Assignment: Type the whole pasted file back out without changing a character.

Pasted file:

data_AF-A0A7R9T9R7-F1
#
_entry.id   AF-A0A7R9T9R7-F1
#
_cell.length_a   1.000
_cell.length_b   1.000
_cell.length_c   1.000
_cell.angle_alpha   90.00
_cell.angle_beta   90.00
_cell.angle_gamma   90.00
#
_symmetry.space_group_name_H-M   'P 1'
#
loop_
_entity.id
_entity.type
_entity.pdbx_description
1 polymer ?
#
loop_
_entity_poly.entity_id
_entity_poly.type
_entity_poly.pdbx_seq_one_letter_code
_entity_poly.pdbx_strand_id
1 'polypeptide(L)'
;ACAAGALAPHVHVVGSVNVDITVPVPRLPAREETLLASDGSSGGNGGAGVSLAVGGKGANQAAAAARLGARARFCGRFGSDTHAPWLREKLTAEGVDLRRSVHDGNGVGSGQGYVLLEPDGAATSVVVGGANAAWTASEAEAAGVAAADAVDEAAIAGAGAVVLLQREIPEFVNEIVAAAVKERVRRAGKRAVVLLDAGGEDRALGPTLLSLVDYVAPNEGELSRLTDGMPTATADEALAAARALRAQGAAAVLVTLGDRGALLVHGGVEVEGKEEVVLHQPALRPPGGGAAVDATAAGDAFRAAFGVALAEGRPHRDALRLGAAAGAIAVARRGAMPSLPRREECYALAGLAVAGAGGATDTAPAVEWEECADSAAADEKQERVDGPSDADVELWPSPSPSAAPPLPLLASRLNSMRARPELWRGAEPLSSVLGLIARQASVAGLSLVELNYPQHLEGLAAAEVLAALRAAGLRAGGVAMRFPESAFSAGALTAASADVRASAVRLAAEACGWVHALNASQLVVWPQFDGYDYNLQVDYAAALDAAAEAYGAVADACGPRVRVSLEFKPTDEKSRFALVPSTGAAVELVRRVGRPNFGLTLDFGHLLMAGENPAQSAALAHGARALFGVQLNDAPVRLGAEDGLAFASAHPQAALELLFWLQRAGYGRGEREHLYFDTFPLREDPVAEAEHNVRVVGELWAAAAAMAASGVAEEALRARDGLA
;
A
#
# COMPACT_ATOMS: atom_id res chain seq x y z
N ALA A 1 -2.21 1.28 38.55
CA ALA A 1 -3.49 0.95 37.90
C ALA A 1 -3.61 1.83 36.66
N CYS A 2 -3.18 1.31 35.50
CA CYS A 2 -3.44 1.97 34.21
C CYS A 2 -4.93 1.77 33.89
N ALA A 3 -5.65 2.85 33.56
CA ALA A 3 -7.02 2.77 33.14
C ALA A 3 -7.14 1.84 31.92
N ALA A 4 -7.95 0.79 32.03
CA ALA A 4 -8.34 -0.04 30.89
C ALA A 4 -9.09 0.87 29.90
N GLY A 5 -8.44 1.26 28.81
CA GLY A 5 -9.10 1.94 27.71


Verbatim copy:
data_AF-A0A7R9T9R7-F1
#
_entry.id   AF-A0A7R9T9R7-F1
#
_cell.length_a   1.000
_cell.length_b   1.000
_cell.length_c   1.000
_cell.angle_alpha   90.00
_cell.angle_beta   90.00
_cell.angle_gamma   90.00
#
_symmetry.space_group_name_H-M   'P 1'
#
loop_
_entity.id
_entity.type
_entity.pdbx_description
1 polymer ?
#
loop_
_entity_poly.entity_id
_entity_poly.type
_entity_poly.pdbx_seq_one_letter_code
_entity_poly.pdbx_strand_id
1 'polypeptide(L)'
;ACAAGALAPHVHVVGSVNVDITVPVPRLPAREETLLASDGSSGGNGGAGVSLAVGGKGANQAAAAARLGARARFCGRFGSDTHAPWLREKLTAEGVDLRRSVHDGNGVGSGQGYVLLEPDGAATSVVVGGANAAWTASEAEAAGVAAADAVDEAAIAGAGAVVLLQREIPEFVNEIVAAAVKERVRRAGKRAVVLLDAGGEDRALGPTLLSLVDYVAPNEGELSRLTDGMPTATADEALAAARALRAQGAAAVLVTLGDRGALLVHGGVEVEGKEEVVLHQPALRPPGGGAAVDATAAGDAFRAAFGVALAEGRPHRDALRLGAAAGAIAVARRGAMPSLPRREECYALAGLAVAGAGGATDTAPAVEWEECADSAAADEKQERVDGPSDADVELWPSPSPSAAPPLPLLASRLNSMRARPELWRGAEPLSSVLGLIARQASVAGLSLVELNYPQHLEGLAAAEVLAALRAAGLRAGGVAMRFPESAFSAGALTAASADVRASAVRLAAEACGWVHALNASQLVVWPQFDGYDYNLQVDYAAALDAAAEAYGAVADACGPRVRVSLEFKPTDEKSRFALVPSTGAAVELVRRVGRPNFGLTLDFGHLLMAGENPAQSAALAHGARALFGVQLNDAPVRLGAEDGLAFASAHPQAALELLFWLQRAGYGRGEREHLYFDTFPLREDPVAEAEHNVRVVGELWAAAAAMAASGVAEEALRARDGLA
;
A
#
# COMPACT_ATOMS: atom_id res chain seq x y z
N ALA A 1 -2.21 1.28 38.55
CA ALA A 1 -3.49 0.95 37.90
C ALA A 1 -3.61 1.83 36.66
N CYS A 2 -3.18 1.31 35.50
CA CYS A 2 -3.44 1.97 34.21
C CYS A 2 -4.93 1.77 33.89
N ALA A 3 -5.65 2.85 33.56
CA ALA A 3 -7.02 2.77 33.14
C ALA A 3 -7.14 1.84 31.92
N ALA A 4 -7.95 0.79 32.03
CA ALA A 4 -8.34 -0.04 30.89
C ALA A 4 -9.09 0.87 29.90
N GLY A 5 -8.44 1.26 28.81
CA GLY A 5 -9.10 1.94 27.71